Japanese Prime Minister Shinzo Abe's ruling coalition is on track for a big win in Sunday's general election - even though almost half the country's voters don't want him to keep his job, a media survey showed on Monday.
Behind that paradox is a fizzling challenge by an upstart party led by Tokyo Governor Yuriko Koike, a divided opposition and jitters about a volatile North Korea that incline wary voters toward a safe pair of hands, political analysts said.
Abe's Liberal Democratic Party (LDP) is set to win between 281 to 303 seats in the 465-member lower house, while its junior coalition partner the Komeito is on track to take 30-33 seats, the Mainichi newspaper said, based on an Oct. 13-15 survey.
That would put the ruling bloc on track to maintain the two-third's "super majority" it held before the chamber was dissolved for the snap election.
That means Abe's grip on his post is all but assured when parliament convenes to elect a premier after Sunday's poll. A "super majority" would allow the hawkish Abe to fulfill a longterm promise to amend the country's pacifist constitution and turn its self-defense forces into a full-fledged army.
Japan's security has been a feature of the campaign as threats from North Korea's missile and nuclear program jar voters and the once stable assurance of U.S. defense seems less certain in the era of Donald Trump.
The Mainichi survey, however, showed 47 percent of voters would prefer not to see Abe stay in his post. Abe took office nearly five years ago promising to bolster defence and boost growth with his "Abenomics" strategy.
Thirty-seven percent want him to remain.
"Abe is not popular, but his party is trusted by enough voters to win big if only because the new parties are untested and have not generated excitement," said Jeffrey Kingston, director of Asian studies at Temple University Japan.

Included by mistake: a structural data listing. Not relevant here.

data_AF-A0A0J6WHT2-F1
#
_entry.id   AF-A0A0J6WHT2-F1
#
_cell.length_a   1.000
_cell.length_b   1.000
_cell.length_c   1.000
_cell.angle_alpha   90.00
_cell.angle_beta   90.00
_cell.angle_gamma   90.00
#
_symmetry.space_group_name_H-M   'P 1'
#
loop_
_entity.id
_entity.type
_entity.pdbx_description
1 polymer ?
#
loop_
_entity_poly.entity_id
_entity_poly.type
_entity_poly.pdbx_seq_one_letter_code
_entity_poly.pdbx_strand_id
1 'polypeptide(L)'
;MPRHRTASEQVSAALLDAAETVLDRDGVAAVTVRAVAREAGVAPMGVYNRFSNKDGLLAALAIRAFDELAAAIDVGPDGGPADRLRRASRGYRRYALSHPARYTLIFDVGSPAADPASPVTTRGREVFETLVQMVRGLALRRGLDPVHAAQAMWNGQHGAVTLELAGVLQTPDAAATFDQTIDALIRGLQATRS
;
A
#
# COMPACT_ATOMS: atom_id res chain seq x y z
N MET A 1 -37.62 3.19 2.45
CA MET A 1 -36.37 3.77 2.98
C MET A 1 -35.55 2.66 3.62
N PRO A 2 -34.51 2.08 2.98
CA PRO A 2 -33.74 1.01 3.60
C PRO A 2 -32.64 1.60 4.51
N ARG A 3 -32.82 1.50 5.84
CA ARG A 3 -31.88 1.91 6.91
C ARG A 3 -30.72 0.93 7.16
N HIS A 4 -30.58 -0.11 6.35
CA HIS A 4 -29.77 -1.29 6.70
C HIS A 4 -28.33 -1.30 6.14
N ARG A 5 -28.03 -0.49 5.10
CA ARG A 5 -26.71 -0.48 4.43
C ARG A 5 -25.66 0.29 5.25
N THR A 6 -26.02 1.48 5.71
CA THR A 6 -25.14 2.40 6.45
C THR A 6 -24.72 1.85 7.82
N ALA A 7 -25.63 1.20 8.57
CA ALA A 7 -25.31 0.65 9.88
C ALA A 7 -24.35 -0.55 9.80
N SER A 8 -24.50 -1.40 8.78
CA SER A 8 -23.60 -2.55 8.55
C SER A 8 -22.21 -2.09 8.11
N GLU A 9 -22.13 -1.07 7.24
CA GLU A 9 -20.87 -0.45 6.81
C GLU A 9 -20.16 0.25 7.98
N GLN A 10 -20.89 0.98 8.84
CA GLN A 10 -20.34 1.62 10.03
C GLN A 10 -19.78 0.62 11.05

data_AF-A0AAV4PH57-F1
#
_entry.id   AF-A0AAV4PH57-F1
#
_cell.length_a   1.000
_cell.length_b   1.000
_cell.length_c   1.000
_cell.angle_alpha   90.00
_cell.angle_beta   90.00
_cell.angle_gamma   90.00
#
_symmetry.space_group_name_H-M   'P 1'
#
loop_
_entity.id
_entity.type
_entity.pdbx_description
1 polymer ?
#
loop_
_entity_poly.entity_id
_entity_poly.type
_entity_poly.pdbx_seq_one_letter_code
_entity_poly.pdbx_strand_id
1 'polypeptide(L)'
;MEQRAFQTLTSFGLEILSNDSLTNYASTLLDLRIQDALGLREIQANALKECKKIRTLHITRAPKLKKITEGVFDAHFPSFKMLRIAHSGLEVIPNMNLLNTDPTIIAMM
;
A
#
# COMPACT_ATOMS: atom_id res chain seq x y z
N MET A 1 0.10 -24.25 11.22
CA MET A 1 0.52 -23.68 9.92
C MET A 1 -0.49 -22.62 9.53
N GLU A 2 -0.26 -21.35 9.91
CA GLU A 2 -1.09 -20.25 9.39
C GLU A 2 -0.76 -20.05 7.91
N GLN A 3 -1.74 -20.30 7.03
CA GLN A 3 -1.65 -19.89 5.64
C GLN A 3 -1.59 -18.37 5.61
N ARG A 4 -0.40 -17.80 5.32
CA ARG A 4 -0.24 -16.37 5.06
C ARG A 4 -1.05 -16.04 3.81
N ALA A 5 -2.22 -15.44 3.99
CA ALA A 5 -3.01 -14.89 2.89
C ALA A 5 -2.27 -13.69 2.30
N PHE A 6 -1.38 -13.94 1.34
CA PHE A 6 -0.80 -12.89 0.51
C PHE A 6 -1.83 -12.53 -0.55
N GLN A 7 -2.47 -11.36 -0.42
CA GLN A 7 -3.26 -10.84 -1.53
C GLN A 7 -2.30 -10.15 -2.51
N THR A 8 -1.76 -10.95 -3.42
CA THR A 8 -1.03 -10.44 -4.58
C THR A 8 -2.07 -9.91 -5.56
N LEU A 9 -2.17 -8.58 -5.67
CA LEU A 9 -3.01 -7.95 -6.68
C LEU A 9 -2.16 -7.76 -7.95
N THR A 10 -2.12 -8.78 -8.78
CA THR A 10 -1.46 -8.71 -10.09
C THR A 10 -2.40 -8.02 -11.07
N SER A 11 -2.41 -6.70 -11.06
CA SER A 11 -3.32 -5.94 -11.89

An electoral system where 289 seats are from single-member districts where the candidate with a plurality of votes wins and others get no representation at all also means a split opposition benefits Abe's LDP. The rest of the chamber's seats are from proportional representation blocs.
Koike's fledgling Party of Hope, which the former LDP lawmaker launched last month as a "reformist, conservative" alternative to the LDP, is likely to win between 42-54 seats.
The Party of Hope absorbed a big chunk of the failed main opposition Democratic Party. But an early burst of voter enthusiasm seems to have dissipated after Koike declined to run for a lower house seat or say whom her party would back as a candidate for premier.
The party's platform also shares much of Abe's hawkish security agenda, but differs by promising to freeze a planned sales tax hike and to exit nuclear power by 2030.
A smaller Constitutional Democratic Party of Japan (CDPJ), formed by liberal members from the Democratic Party, was set to win between 45-49 seats, the Mainichi said - raising the possibility that it might become the leading opposition group.
The CDPJ "crept up from nowhere," Kingston said. "It is clear there are a lot of people who feel left by the wayside by Abenomics." The Mainichi forecasts were based on responses from 73,087 voters nationwide.
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